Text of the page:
How do I remove the Ubuntu option from startup now that I have uninstalled it?

Ritz Rulz May 8, 2012

I am using Windows 7 on my Sony Vaio and I have installed Ubuntu 11.04 just to test it out (I opted for installation like a program, not full installation). I uninstalled it (Ubuntu) and all of the files have been deleted, but when I start my system it still asks me whether I want to start Windows or Ubuntu.

When I try to start Ubuntu it shows me a clear message that I have uninstalled it. What should I do to remove the option to start Ubuntu on system startup? Please help! Thanks.

  1. Freud Iomc
    October 26, 2012 at 6:38 pm

    In earlier versions of Windows, boot.ini was a system file that contained information about the Windows operating systems installed on the computer. This information was displayed during the startup process when you turned on your computer. It was most useful in multiboot configurations, or for advanced users or administrators who needed to customize how Windows started.

    In this version of Windows, the boot.ini file has been replaced with Boot Configuration Data (BCD). This file is more versatile than boot.ini, and it can apply to computer platforms that use means other than basic input/output system (BIOS) to start the computer.

    If you need to make changes to BCD, such as removing entries from the list of displayed operating systems, use the command line tool Bcdedit, an advanced tool intended for administrators and IT professionals. For technical information about Bcdedit, go to the Microsoft website for IT professionals.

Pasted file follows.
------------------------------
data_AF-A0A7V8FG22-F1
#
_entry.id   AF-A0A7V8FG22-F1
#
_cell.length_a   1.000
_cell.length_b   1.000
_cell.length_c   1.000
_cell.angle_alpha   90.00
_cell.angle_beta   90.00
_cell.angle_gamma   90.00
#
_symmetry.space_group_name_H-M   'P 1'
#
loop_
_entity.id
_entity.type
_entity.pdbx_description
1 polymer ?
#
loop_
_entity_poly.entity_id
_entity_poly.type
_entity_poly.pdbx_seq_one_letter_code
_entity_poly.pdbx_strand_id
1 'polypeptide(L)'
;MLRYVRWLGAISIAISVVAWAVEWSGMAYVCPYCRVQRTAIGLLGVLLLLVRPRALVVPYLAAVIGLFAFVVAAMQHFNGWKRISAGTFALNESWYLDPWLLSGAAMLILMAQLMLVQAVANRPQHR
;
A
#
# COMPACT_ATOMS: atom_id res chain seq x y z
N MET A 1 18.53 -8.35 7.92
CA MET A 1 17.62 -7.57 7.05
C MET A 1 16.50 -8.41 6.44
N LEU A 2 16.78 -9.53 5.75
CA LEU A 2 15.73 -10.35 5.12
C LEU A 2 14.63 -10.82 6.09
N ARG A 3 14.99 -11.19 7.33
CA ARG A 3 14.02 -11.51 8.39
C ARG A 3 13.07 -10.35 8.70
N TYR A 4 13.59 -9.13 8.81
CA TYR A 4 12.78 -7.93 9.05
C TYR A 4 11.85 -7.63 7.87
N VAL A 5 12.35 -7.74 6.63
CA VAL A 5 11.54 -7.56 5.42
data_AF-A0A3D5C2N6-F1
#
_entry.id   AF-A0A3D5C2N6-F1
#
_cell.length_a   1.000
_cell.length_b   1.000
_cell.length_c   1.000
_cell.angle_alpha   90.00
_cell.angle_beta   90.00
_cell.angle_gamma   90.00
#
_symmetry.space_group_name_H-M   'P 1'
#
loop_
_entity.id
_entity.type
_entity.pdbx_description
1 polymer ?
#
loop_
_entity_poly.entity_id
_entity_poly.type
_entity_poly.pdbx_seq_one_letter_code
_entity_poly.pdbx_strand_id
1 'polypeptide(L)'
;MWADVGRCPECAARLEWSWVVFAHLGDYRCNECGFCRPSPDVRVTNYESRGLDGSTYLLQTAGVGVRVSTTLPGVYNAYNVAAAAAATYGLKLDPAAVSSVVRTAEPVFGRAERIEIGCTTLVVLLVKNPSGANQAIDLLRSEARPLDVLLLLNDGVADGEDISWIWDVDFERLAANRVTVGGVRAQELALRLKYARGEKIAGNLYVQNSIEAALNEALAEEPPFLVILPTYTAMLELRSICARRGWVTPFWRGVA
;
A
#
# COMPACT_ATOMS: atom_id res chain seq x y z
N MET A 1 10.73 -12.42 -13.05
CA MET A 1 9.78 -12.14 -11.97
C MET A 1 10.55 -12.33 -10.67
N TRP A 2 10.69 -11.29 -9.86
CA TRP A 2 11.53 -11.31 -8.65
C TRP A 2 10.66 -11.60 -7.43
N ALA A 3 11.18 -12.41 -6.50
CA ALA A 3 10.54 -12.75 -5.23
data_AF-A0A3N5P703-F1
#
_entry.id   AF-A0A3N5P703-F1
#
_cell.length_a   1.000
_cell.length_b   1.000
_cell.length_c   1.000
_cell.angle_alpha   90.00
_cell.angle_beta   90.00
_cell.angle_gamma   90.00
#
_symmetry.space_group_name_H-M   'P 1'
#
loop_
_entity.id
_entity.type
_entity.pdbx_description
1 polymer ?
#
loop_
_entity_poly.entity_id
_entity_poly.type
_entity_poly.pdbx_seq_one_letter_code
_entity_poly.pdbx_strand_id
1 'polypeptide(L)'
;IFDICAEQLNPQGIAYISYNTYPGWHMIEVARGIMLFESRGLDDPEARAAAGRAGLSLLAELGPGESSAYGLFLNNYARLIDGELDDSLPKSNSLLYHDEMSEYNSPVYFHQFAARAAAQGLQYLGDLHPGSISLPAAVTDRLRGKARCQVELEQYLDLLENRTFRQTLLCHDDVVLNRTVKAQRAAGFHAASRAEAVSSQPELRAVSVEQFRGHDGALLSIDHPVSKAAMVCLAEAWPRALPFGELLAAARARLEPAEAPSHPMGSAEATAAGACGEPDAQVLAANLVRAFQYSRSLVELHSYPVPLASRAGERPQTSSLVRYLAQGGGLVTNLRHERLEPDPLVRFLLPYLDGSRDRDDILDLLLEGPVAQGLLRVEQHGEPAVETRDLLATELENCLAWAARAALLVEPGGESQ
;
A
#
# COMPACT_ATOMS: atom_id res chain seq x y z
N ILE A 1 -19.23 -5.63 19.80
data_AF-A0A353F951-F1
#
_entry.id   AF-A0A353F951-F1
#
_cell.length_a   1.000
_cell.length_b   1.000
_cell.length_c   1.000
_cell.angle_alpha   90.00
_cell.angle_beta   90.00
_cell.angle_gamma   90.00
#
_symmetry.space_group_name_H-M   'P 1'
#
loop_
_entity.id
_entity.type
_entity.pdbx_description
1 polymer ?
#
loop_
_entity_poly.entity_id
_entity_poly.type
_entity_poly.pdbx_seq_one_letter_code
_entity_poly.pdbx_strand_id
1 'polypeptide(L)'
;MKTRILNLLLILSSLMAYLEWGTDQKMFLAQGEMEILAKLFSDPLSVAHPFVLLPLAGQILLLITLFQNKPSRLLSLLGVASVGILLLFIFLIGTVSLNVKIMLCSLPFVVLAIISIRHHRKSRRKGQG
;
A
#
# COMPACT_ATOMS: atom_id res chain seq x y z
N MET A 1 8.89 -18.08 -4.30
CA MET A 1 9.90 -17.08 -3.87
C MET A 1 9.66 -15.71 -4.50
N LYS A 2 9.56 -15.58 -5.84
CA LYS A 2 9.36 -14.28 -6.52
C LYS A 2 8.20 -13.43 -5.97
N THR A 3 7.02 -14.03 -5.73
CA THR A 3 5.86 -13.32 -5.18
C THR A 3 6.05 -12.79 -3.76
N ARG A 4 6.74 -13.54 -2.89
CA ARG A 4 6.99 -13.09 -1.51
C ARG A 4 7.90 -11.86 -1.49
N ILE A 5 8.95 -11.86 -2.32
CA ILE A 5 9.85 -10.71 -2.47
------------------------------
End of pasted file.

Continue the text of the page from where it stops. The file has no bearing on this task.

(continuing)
If your computer is a multiboot configuration, you can still change which Windows operating system opens by default, and how long to display the list of operating systems, by using System in Control Panel.

    Open System by clicking the Start button , clicking Control Panel, clicking System and Maintenance, and then clicking System.

    In the left pane, click Advanced system settings. If you are prompted for an administrator password or confirmation, type the password or provide confirmation.

    Click the Advanced tab, and then, under Startup and Recovery, click Settings.

    Under System startup, choose a default operating system and the amount of time to display the list of operating systems, and then click OK.

  2. Robert Tygart
    May 9, 2012 at 6:49 pm

    You can edit with grub using "Puppy Linux" Live-CD it has grub preinstalled check the menu.

    About Puppy Linux

    Download Page
    [Broken Link Removed]
    I would suggest using Lucid Puppy (Ubuntu-Compatible Build)

  3. Aruzmeister
    May 9, 2012 at 9:35 am

    Yes ubuntu use the powerfull bootloader that replaces the windows or mac boot uption the name of file is grub so it give you priority boot option to ubuntu but you can change it by editing grub file and putting hatch # in the line to disable or move the text

    May 8, 2012 at 11:27 pm

    Hello, if you want to use a command already included with windows, you could try BCDEdit. Here is a link with instructions. Be very careful:

    As an alternative, you could also use Visual BCD Editor. It does same thing as BCDedit command, the difference is that Visual BCD Editor uses a gui easy to follow. BCDEdit command uses command prompt and it can be confusing:

  5. Justin Pot
    May 8, 2012 at 7:05 pm

    It's annoying that was left behind; the uninstaller typically removes this.

    These instructions can help you find the setting, and stop this prompt from happening:

    You should be able to remove the Ubuntu entry from there. Alternatively, you could try BCDedit:

    It's a little more complicated, and making a mistake could break your system, so tread lightly.

    Oh, and by the way: Ubuntu 12.04 just came out, and is really good. You might consider giving Ubuntu another chance! :)